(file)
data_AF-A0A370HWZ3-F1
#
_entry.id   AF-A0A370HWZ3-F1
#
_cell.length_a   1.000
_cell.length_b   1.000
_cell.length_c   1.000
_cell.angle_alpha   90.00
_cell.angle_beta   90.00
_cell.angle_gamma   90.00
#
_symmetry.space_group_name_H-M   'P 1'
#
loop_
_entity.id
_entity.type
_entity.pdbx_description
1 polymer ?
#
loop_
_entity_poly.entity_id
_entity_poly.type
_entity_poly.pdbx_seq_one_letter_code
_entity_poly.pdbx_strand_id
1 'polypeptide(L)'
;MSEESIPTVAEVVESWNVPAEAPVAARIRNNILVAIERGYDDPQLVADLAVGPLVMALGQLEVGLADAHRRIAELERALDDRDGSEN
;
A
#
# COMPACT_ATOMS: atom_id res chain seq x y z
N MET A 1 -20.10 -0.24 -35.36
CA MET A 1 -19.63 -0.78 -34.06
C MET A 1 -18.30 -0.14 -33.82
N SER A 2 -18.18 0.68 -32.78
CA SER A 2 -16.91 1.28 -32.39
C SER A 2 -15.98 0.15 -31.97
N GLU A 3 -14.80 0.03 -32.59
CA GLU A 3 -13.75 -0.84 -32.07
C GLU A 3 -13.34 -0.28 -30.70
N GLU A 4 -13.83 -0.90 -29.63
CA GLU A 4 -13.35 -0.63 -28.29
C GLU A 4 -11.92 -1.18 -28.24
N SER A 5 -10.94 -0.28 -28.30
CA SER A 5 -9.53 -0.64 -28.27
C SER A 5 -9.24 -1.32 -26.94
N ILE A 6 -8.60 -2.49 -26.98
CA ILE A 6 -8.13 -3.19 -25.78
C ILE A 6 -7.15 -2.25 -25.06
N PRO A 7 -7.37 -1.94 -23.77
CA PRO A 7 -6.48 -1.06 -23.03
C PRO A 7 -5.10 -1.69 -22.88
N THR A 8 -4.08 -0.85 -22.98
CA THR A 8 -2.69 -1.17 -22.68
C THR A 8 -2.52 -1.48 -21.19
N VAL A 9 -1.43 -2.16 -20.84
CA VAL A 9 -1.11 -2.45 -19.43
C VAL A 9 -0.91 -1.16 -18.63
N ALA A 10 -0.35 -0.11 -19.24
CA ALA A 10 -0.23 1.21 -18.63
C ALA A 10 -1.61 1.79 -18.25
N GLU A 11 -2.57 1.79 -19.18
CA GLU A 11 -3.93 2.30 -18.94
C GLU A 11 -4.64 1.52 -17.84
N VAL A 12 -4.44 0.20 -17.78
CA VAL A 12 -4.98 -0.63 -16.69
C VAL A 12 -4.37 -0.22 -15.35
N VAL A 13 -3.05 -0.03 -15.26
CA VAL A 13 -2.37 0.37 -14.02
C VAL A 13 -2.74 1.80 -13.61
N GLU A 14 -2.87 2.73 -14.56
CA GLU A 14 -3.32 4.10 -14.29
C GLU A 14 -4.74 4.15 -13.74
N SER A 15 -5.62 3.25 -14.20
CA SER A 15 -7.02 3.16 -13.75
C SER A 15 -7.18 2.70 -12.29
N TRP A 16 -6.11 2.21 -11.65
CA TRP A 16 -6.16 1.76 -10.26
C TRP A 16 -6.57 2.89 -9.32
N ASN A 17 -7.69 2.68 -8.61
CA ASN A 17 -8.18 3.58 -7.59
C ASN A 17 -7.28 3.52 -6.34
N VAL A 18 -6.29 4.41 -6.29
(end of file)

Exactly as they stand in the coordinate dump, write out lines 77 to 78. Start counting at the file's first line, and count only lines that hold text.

CA TRP A 16 -6.16 1.76 -10.26
C TRP A 16 -6.57 2.89 -9.32